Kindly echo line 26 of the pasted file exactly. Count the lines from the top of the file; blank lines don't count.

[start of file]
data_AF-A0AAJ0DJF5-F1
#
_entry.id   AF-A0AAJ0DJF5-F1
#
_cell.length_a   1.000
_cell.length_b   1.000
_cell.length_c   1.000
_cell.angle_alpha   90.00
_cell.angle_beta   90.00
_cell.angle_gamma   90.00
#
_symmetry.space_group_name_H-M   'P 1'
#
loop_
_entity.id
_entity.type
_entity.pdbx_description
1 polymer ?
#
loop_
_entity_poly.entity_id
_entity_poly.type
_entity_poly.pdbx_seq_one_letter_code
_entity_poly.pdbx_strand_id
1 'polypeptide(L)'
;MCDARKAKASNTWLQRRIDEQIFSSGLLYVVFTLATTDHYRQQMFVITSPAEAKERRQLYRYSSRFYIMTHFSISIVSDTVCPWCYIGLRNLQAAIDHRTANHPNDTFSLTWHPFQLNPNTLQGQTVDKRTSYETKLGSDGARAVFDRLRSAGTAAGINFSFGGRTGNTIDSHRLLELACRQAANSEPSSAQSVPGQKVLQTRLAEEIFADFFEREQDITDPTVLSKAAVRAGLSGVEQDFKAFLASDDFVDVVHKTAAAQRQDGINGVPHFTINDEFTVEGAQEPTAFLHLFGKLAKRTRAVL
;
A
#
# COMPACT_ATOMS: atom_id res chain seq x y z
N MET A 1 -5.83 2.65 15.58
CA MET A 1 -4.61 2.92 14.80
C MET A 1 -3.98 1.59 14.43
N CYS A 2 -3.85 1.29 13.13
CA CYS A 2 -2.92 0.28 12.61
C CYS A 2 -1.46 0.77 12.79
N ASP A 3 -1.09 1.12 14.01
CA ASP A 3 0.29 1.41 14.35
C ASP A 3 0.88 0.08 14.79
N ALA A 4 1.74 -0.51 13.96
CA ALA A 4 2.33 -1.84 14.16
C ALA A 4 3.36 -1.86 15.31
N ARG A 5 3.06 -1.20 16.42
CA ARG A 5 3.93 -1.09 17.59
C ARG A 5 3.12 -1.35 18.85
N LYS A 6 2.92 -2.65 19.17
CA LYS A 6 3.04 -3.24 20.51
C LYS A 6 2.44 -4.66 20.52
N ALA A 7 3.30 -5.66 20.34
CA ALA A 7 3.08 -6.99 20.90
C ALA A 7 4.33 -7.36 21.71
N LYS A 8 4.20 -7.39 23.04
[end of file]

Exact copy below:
;MCDARKAKASNTWLQRRIDEQIFSSGLLYVVFTLATTDHYRQQMFVITSPAEAKERRQLYRYSSRFYIMTHFSISIVSDTVCPWCYIGLRNLQAAIDHRTANHPNDTFSLTWHPFQLNPNTLQGQTVDKRTSYETKLGSDGARAVFDRLRSAGTAAGINFSFGGRTGNTIDSHRLLELACRQAANSEPSSAQSVPGQKVLQTRLAEEIFADFFEREQDITDPTVLSKAAVRAGLSGVEQDFKAFLASDDFVDVVHKTAAAQRQDGINGVPHFTINDEFTVEGAQEPTAFLHLFGKLAKRTRAVL